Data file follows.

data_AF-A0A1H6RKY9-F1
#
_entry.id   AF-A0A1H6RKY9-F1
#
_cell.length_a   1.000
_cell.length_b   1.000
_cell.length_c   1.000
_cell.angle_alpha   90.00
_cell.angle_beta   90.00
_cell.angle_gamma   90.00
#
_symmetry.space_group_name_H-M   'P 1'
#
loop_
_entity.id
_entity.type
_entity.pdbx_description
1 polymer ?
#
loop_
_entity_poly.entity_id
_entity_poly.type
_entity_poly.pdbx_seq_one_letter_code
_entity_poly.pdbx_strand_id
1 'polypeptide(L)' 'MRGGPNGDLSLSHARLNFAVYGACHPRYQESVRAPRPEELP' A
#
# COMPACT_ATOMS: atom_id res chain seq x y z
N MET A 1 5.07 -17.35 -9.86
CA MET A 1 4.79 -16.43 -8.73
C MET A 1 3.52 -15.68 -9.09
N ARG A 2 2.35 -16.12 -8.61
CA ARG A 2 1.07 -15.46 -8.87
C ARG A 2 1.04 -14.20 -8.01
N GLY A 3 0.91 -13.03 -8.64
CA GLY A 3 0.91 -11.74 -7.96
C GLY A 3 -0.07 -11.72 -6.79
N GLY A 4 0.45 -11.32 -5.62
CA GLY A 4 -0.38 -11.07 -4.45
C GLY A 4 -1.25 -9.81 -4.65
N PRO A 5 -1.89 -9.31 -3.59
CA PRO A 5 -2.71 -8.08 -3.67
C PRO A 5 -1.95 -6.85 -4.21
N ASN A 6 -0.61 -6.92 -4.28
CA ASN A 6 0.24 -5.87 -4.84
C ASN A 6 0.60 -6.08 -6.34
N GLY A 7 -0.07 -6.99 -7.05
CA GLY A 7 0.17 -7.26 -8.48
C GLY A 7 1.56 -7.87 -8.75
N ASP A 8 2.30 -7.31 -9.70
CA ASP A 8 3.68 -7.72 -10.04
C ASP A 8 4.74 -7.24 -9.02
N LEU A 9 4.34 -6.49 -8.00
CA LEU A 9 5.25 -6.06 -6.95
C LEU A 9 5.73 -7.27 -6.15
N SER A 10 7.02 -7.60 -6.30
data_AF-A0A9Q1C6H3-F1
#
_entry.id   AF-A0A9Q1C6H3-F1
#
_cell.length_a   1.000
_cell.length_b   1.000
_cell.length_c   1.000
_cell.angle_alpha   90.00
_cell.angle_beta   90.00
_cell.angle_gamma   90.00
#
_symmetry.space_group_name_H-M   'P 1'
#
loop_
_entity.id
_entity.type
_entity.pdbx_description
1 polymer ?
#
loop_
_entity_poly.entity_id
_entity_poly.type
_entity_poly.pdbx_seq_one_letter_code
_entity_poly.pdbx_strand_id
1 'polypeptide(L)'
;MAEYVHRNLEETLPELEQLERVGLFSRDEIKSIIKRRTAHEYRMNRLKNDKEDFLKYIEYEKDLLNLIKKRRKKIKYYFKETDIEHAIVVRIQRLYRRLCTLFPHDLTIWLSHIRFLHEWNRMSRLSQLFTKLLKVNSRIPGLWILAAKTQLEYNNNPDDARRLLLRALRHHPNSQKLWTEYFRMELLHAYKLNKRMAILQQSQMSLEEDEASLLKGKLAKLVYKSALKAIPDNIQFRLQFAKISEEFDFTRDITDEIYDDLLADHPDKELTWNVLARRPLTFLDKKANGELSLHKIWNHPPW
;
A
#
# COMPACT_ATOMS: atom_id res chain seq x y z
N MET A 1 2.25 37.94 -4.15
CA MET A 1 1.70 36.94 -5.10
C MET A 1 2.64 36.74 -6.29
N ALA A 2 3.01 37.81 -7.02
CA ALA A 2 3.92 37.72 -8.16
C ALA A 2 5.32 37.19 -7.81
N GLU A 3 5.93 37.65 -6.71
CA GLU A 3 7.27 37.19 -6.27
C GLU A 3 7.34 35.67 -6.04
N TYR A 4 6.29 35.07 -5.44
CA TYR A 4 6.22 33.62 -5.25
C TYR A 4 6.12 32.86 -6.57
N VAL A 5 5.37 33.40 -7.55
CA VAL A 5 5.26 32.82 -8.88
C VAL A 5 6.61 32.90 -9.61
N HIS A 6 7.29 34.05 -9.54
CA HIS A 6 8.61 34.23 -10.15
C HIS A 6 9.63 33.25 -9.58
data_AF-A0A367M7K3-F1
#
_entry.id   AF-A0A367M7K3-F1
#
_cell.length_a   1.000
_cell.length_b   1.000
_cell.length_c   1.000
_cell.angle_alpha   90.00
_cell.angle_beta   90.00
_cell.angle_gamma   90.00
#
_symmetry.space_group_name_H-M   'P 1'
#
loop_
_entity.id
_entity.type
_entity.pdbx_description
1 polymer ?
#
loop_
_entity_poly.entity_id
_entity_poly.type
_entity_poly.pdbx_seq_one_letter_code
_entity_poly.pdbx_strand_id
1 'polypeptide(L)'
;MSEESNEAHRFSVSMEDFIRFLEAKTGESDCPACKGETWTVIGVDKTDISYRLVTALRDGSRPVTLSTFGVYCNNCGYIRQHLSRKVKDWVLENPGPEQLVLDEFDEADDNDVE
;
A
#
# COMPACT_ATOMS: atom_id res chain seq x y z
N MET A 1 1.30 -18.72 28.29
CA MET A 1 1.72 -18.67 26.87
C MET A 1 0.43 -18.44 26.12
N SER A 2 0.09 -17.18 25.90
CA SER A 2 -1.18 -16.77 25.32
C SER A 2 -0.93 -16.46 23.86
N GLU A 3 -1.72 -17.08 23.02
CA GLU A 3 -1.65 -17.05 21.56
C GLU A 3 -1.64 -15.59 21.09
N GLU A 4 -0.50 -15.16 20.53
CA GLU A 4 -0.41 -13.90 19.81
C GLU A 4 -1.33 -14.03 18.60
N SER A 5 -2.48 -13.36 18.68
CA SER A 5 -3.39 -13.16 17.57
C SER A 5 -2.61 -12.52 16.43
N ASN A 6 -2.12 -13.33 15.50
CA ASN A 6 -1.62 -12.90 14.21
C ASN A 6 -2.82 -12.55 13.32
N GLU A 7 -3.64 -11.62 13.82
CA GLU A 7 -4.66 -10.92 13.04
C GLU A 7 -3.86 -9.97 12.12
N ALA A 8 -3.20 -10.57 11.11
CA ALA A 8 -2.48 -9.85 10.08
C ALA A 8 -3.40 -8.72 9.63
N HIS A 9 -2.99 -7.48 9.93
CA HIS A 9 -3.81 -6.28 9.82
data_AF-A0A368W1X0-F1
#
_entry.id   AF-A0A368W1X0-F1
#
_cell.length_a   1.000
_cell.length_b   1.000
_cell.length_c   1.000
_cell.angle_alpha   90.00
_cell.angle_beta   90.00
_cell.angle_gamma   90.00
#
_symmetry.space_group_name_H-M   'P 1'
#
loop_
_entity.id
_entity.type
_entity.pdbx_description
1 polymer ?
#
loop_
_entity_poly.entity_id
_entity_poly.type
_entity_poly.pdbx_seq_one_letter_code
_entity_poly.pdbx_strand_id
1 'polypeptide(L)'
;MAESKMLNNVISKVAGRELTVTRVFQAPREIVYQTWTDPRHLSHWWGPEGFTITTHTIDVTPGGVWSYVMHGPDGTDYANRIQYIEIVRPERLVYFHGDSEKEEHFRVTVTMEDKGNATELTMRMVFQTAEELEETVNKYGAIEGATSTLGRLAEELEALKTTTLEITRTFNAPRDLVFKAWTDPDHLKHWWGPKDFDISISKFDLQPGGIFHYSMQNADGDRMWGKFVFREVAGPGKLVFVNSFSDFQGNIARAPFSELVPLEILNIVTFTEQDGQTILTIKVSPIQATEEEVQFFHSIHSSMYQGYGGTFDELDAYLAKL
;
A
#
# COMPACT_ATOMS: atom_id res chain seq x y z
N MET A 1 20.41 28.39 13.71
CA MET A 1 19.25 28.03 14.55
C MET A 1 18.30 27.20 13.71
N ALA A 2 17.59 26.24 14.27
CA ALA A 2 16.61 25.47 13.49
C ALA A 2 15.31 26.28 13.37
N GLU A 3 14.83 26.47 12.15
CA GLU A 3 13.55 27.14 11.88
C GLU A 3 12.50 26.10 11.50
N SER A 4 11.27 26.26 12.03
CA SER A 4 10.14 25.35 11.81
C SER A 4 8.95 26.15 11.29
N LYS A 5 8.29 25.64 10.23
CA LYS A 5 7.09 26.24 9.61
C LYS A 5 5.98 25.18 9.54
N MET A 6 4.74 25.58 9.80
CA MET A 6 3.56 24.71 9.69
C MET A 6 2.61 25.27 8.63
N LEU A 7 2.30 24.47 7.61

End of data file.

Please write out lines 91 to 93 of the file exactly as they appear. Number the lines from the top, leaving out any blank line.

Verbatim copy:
C ALA A 2 5.32 37.19 -7.81
N GLU A 3 5.93 37.65 -6.71
CA GLU A 3 7.27 37.19 -6.27